Butler succeeds Dent as Voluntary Initiative chairman

Farming minister Jim Paice has congratulated outgoing Voluntary Initiative chairman and founder Professor Barry Dent at a reception to mark the pesticide use scheme's 10th anniversary.

He said Dent "has steered the initiative through difficult times to establish it through the supply chain, even finding unexpected common ground with parts of it", and described the initiative as "the forerunner for other schemes such as the Campaign for a Farmed Environment".

Dent said: "The mindset 10 years ago was quite different. Best practice hadn't been defined, never mind applied. There were some serious debates and we got off to a slow start. I have reported to 11 ministers, some of whom were downright hostile."

He hands over the chairmanship to Wiltshire farmer Richard Butler, who said he was "stepping into big shoes". He praised Dent's success in bringing all parts of the industry together, working with outside bodies and supporting training programmes.

He pointed out that the Voluntary Initiative still faces challenges with the Sustainable Water Use and Water Framework Directives. "If we fail to deliver, we will lose more actives, and will end up importing food grown using those same products."


Have you registered with us yet?

Register now to enjoy more articles and free email bulletins

Sign up now
Already registered?
Sign in

Before commenting please read our rules for commenting on articles.

If you see a comment you find offensive, you can flag it as inappropriate. In the top right-hand corner of an individual comment, you will see 'flag as inappropriate'. Clicking this prompts us to review the comment. For further information see our rules for commenting on articles.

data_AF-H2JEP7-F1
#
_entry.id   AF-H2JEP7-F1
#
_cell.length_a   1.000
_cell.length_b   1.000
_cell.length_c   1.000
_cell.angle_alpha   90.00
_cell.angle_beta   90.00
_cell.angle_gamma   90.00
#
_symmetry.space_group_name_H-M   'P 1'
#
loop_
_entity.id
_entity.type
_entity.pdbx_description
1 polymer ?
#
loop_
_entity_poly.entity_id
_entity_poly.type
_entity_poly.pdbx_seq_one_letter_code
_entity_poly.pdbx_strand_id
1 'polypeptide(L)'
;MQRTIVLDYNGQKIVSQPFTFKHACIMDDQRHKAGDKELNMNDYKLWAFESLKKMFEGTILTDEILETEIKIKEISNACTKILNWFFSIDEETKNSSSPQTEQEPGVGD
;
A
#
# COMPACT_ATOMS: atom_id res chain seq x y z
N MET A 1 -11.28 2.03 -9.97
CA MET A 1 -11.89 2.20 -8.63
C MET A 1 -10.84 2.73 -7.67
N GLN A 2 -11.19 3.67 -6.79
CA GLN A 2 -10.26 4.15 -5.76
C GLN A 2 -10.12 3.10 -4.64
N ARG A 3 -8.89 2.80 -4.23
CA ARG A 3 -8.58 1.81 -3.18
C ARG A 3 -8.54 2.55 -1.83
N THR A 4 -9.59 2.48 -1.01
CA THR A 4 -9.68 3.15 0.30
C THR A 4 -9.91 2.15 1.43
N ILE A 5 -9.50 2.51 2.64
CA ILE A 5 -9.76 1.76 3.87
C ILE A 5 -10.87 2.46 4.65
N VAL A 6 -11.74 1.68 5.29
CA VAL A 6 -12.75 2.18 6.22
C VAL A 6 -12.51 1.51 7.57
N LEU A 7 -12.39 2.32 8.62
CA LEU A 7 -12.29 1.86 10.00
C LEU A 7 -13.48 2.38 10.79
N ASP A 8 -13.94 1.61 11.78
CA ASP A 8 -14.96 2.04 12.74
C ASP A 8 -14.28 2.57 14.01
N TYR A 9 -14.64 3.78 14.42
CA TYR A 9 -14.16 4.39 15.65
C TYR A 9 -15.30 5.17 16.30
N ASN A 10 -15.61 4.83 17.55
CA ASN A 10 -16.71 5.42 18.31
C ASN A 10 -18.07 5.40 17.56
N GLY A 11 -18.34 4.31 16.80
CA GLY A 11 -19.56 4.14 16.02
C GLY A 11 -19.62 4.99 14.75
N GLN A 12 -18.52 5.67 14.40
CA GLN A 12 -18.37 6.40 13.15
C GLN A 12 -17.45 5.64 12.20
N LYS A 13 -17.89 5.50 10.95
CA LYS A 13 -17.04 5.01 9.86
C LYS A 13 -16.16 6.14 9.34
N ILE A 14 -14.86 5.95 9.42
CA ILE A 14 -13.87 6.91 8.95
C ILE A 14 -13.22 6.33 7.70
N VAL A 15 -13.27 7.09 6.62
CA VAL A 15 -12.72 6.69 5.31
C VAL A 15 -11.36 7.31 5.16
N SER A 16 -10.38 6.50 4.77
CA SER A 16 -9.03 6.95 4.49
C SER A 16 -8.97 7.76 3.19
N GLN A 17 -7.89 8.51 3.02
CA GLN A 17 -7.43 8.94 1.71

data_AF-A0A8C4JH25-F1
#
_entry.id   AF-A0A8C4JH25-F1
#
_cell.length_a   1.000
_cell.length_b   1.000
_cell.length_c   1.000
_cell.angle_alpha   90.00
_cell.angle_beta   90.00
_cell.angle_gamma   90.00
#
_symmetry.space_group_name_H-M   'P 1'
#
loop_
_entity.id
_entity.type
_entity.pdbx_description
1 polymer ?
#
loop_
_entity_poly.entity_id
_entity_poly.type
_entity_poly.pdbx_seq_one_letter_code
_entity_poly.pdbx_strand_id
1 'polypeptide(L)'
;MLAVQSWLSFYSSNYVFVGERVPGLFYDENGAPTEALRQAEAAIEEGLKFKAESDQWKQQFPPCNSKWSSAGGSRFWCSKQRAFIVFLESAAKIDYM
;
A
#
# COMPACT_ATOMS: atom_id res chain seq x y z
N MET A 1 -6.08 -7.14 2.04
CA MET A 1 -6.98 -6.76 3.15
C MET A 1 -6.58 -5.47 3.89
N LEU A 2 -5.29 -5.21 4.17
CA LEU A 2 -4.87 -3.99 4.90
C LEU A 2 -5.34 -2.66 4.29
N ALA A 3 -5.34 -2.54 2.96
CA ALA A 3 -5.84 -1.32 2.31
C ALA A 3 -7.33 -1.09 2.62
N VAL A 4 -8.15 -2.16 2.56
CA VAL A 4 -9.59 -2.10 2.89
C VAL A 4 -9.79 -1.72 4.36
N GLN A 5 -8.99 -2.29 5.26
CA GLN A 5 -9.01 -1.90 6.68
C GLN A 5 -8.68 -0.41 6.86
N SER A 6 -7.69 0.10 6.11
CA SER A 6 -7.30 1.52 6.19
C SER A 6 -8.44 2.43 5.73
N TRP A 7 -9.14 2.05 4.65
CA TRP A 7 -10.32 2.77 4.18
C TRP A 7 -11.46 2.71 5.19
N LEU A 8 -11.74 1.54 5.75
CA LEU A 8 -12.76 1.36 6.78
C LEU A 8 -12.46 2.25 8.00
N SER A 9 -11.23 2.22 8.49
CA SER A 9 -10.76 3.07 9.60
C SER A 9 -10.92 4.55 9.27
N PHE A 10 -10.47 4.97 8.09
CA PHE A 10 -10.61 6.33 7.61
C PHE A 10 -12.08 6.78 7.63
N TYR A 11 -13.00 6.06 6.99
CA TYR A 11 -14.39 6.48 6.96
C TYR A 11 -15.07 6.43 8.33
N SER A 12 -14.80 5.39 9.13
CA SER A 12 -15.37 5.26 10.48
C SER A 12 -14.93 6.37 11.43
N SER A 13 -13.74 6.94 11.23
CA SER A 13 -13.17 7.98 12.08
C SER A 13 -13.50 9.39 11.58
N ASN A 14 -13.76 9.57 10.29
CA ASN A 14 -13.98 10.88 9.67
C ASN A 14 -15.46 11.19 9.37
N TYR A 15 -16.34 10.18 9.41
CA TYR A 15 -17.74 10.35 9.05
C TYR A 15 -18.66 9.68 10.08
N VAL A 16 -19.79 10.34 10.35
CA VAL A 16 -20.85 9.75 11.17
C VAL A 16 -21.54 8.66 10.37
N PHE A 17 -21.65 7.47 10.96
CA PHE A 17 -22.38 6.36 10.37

comments powered by Disqus

Read These Next

What challenges and opportunities lie in store for tomato growers?

What challenges and opportunities lie in store for tomato growers?

The British Tomato Growers Association (TGA) conference today (21 September) heard a range of perspectives on what changes lie in store for the sector and how to anticipate them.

Buoyant demand for UK apples but frost and labour remain concerns

Buoyant demand for UK apples but frost and labour remain concerns

As the British apple season begins, English Apples & Pears (EAP) is warning that growers will feel the effects of both a late frost in spring and also constrained labour supply.

Tomorrow's tractors

Tomorrow's tractors

These machines have advanced rapidly over recent years but what does the future hold? Sally Drury looks ahead.


Follow us on:
  • Facebook
  • LinkedIn
  • Twitter
  • Google +
Horticulture Jobs
More Horticulture Jobs

Pest & Disease Tracker bulletin 

The latest pest and disease alerts, how to treat them, plus EAMU updates, sent direct to your inbox.

Sign up here

Professor Geoffrey Dixon

GreenGene International chair Geoff Dixon on the business of fresh produce production
 

Read Professor Geoffrey Dixon